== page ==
The Hippo


Jul 23, 2019








Left: “We Two Together” by Michael Alfano. Right: “Gryphon” by Jeffrey Briggs. Kelly Sennott photos.

20th Annual Outdoor Sculpture Exhibit

Where: Mill Brook Gallery & Sculpture Garden, 236 Hopkinton Road, Concord
When: On view May 26 through Oct. 15; opening reception Sunday, May 28, from 2 to 4 p.m.; hours are Thursday through Sunday from 11 a.m. to 5 p.m. or by appointment
Contact: 226-2046,

Two decades of sculpture
Mill Brook Gallery celebrates 20th Outdoor Sculpture Exhibit

By Kelly Sennott

 The Mill Brook Gallery & Sculpture Garden is not your everyday gallery.

It sits alongside a rural road, at the end of a long, dirt driveway decorated with trees, flowers, wooden fences and sculptures. The building itself holds smaller pieces — paintings, prints, photographs, jewelry — and behind it, nestled next to a small pond and pasture of grazing horses, stand more than 20 outdoor-friendly pieces courtesy of New England artists. 
They’re all part of the gallery’s 20th Annual Outdoor Sculpture Exhibit, on view May 26 through Oct. 15, with an opening reception Sunday, May 28, from 2 to 4 p.m.
Before owner Pam Tarbell started the gallery in 1996, her property housed after-school art programs, teaching kids the media they might not learn in school due to time or budget constraints. But while she taught these classes, she realized there were other gaps in their art education.
“I realized I didn’t see a lot of art history in their art classes,” Tarbell said during an interview at the gallery, a week before the show’s start. “Maybe some had gone to the Currier. Maybe one had been to Boston. … But mostly, people do not take their kids to see art.”
So Tarbell took action and went to the zoning board three times before obtaining permission to start the gallery on her property. It was important to her she open the space up not only to local painters and printmakers but also to sculptors, who at the time didn’t have a lot of avenues to sell work.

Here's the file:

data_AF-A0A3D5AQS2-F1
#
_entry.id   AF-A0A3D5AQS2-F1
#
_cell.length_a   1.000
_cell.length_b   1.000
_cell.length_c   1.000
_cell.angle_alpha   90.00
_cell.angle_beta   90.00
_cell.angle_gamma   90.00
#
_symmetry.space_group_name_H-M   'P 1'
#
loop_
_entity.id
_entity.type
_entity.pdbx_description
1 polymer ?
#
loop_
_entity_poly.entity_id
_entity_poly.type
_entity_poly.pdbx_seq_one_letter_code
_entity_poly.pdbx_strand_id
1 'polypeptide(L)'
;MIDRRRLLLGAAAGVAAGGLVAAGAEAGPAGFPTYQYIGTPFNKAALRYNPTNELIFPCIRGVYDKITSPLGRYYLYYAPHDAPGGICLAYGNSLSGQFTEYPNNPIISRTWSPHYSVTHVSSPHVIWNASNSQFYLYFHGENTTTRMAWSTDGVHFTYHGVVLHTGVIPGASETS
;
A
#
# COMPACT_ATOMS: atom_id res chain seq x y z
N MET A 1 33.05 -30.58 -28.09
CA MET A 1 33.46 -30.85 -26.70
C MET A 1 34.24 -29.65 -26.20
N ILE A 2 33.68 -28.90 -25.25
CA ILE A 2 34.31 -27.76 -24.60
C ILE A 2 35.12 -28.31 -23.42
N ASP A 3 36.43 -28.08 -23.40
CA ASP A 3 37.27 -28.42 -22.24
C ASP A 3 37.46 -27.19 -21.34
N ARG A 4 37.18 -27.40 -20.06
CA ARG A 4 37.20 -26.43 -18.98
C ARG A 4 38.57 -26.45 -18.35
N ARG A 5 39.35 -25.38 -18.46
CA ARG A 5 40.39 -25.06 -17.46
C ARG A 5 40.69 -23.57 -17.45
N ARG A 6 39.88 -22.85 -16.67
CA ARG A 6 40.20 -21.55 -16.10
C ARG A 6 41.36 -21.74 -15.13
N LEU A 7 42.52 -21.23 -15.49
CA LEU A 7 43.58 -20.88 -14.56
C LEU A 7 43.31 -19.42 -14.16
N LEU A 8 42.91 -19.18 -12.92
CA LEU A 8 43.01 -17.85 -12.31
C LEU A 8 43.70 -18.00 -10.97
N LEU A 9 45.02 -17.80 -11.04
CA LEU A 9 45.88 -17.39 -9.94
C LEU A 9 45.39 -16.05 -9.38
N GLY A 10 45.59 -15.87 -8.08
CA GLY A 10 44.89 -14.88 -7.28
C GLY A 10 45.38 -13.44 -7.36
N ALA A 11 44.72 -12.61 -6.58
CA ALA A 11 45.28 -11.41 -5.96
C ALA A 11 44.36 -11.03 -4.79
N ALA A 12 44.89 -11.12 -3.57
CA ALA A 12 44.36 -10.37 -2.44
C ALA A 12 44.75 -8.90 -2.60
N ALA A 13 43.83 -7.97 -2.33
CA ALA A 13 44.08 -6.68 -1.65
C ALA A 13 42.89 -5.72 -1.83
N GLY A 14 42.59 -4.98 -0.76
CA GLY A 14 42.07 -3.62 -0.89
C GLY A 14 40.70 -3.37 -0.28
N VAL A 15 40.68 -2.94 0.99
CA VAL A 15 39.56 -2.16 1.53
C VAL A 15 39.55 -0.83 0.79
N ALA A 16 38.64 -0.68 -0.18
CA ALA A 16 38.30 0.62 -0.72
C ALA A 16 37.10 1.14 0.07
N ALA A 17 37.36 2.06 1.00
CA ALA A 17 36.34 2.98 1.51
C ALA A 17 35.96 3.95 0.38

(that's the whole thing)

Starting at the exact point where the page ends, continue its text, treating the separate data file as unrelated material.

“Twenty years ago, it was like sculptors were dying to get their pieces out and exposed because there were no places to exhibit,” Tarbell said.
Since then, things have changed. The medium has found its way into “sculpture walks” in universities and downtowns. Sometimes it’s actually hard to get ahold of enough pieces for a show.
“There’s a lot more competition for sculpture now,” Tarbell said. “All of a sudden, everybody decided it was cool, and there were lots of calls for sculptures.”
Even so, Tarbell, an artist herself, was able to collect many new pieces to become part of the landscape of her grounds, from the tiny painted metal “Cardinal” by Dale Rogers to the slim, elegant “Flute Player” looking over the water by David Borrus. 
Two of the pieces are by Hopkinton, Mass., artist Michael Alfano: “We Two Together,” a bronze resin piece depicting two people holding hands and creating a third, larger face, and “Evolution,” made from stainless steel and granite. 
“The thing I really love about sculpture is it’s really hands-on, both in the making and the enjoyment of it. Children and adults can walk around the sculpture, and feel it, and touch it,” Alfano said. “Pam provides a wonderful venue, both for the community to come in and see cutting-edge art, and for artists to be able to show their larger pieces that may not fit in indoor galleries, and pieces that are a little more thought-provoking.”
Husband-wife team Lindley and Jeffrey Briggs each have a sculpture at the gallery — his “Gryphon,” inspired by the statue overlooking the Philadelphia Museum of Art, is made of fiberglass resin, and so is her “Sanctuary,” depicting a hand holding a tiny figure.
“I love hands. To me, they symbolize nurturing,” Lindley Briggs said via phone.“I’ve been an artist for many, many years. … I’m always fascinated by looking at people’s hands. I think there’s symbolism in what they evoke.”
The Newburyport, Mass., couple have been professional artists for decades. Past clients include Disney, Eddie Bauer, L.L. Bean and Timberland. Recently, Jeffrey Briggs was commissioned to create the Greenway Carousel for the Rose Kennedy Greenway in Boston. Their work has seen many outdoor exhibits, most commissioned by schools or organizations, but few galleries.
“[Tarbell] is one of the few gallery owners with such a huge sculpture show in New England. In your traditional gallery, sculpture is minimized because sales for paintings are so much better. People can always buy paintings and put them on the wall, but sculpture is a lot more difficult to sell,” Lindley Briggs said. 

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